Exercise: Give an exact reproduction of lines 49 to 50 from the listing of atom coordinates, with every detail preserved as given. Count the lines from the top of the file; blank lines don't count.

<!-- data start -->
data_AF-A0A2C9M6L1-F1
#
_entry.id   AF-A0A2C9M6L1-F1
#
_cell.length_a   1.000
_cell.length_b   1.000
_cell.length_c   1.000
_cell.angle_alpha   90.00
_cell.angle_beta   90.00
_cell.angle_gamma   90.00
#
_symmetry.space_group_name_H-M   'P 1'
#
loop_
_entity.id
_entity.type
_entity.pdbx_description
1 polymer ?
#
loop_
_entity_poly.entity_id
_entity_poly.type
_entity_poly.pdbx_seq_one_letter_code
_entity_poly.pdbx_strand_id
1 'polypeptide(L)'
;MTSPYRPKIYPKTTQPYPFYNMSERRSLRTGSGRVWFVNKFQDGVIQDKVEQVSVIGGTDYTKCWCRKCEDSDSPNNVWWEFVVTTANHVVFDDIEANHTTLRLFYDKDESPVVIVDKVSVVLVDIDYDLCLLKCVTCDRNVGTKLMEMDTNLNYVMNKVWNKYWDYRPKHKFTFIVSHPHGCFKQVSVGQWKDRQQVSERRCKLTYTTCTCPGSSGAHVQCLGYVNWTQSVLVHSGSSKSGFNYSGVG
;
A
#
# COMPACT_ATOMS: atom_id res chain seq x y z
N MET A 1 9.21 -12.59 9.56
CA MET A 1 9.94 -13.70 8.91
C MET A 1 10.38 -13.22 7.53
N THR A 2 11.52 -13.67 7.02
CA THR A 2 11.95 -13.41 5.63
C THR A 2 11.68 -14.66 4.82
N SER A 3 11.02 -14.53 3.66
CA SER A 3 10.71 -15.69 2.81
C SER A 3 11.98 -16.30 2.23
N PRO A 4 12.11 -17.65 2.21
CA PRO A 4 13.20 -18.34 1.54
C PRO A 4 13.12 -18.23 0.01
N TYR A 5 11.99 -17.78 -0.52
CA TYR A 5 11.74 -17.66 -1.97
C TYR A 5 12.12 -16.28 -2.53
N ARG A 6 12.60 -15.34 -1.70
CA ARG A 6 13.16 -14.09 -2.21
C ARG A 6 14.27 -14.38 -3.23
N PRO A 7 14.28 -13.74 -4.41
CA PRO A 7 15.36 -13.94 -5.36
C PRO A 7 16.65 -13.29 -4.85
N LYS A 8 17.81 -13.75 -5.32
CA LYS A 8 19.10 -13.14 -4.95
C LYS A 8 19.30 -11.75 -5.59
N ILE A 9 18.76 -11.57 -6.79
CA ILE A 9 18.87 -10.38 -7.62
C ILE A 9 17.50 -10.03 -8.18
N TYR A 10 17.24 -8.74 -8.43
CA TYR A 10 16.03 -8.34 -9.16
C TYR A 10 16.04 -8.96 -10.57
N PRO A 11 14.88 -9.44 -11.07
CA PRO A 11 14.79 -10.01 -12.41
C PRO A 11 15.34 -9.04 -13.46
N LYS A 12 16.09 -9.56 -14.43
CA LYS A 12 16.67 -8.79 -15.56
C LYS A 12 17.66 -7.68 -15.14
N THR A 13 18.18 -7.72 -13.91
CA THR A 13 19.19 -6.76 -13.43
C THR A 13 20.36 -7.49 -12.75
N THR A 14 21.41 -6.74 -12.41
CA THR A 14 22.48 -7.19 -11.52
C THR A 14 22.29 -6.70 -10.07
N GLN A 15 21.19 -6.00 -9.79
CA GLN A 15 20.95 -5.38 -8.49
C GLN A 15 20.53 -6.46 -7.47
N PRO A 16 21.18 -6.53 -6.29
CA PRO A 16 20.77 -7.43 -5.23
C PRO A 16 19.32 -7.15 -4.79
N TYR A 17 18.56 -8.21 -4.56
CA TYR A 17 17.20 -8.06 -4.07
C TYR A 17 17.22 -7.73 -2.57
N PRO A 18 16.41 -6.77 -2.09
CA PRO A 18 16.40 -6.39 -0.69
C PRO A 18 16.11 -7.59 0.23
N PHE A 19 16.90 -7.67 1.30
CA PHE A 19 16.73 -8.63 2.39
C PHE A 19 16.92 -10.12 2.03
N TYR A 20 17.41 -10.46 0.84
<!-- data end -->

N PRO A 7 14.28 -13.74 -4.41
CA PRO A 7 15.36 -13.94 -5.36